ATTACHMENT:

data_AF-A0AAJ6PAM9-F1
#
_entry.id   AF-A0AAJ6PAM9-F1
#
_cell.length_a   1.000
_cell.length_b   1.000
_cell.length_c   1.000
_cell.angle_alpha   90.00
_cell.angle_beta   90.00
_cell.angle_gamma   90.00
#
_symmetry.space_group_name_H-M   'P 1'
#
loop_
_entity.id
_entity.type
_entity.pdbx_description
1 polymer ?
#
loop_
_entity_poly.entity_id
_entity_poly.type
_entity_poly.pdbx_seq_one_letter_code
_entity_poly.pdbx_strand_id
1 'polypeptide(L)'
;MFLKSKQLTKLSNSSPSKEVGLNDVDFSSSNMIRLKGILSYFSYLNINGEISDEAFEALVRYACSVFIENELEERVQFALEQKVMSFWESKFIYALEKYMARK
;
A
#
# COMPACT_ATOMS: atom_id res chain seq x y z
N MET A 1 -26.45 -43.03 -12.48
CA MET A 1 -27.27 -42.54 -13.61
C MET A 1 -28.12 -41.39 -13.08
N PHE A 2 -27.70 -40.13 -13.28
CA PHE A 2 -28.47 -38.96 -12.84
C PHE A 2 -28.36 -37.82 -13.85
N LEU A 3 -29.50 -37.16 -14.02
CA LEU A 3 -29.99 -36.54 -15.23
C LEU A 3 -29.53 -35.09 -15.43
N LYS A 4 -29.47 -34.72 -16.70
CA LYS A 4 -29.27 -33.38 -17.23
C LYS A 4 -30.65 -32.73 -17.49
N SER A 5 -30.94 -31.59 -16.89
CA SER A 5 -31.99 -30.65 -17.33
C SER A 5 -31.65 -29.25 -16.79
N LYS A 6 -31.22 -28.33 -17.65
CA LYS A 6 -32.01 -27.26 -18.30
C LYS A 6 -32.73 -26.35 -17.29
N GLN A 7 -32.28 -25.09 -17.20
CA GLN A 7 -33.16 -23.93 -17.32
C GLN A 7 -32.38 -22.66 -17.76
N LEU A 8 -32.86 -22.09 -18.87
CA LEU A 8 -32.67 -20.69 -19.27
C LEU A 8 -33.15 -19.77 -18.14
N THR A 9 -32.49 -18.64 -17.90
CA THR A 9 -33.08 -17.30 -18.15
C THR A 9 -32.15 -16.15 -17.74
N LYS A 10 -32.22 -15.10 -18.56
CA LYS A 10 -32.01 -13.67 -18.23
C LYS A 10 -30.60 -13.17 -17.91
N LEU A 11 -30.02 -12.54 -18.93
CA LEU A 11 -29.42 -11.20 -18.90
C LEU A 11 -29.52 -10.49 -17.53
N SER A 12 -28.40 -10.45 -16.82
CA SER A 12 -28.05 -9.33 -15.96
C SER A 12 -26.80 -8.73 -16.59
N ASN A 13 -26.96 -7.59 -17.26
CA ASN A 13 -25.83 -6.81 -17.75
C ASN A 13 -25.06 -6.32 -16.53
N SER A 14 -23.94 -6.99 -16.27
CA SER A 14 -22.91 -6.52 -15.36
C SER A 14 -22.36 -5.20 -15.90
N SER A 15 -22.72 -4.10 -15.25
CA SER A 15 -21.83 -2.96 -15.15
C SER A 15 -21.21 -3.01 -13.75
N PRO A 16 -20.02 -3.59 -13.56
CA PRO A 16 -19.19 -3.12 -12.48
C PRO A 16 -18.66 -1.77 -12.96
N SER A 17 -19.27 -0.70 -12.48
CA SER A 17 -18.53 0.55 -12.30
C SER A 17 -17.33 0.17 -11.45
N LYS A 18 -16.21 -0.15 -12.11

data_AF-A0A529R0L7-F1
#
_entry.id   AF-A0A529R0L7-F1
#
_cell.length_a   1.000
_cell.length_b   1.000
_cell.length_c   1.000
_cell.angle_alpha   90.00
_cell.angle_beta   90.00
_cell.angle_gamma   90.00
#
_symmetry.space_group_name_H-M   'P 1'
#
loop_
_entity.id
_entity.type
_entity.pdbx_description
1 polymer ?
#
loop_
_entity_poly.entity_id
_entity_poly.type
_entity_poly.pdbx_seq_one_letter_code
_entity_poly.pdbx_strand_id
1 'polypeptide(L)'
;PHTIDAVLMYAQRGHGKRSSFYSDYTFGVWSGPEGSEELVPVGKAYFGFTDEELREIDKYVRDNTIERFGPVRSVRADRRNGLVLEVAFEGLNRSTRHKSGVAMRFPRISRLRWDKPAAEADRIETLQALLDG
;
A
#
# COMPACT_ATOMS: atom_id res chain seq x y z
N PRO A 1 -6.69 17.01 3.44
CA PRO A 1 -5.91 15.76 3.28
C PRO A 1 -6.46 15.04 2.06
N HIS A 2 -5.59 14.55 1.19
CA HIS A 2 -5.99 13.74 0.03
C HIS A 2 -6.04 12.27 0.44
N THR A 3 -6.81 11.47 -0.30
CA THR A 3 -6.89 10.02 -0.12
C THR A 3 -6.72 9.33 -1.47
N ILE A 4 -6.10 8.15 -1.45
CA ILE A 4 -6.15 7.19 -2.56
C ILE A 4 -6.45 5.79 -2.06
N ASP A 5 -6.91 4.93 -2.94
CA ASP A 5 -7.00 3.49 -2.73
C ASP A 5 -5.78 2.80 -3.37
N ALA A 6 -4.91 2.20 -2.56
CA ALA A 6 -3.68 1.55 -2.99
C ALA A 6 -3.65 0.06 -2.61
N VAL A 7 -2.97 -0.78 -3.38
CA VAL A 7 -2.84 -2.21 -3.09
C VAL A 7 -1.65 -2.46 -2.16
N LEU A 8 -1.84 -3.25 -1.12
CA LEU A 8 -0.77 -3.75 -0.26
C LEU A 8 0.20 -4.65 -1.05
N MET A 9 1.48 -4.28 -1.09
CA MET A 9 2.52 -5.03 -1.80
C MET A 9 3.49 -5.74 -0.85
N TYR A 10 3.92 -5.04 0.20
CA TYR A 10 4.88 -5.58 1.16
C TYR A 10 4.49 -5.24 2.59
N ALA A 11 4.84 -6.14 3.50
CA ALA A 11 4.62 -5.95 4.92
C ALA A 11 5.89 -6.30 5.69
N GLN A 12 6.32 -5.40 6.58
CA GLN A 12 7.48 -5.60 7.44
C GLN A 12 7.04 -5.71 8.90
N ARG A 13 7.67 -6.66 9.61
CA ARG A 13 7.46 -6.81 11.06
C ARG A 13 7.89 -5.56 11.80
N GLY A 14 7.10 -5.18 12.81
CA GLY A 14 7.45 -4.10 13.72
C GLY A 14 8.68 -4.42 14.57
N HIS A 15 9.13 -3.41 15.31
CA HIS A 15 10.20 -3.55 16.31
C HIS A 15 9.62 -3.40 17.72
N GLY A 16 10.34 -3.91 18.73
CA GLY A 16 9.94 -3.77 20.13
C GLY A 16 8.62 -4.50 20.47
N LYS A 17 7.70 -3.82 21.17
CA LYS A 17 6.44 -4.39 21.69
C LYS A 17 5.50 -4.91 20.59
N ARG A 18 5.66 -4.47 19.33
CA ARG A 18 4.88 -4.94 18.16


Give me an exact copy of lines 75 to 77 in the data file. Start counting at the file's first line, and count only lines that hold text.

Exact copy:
C SER A 15 -21.21 -3.01 -13.75
N PRO A 16 -20.02 -3.59 -13.56
CA PRO A 16 -19.19 -3.12 -12.48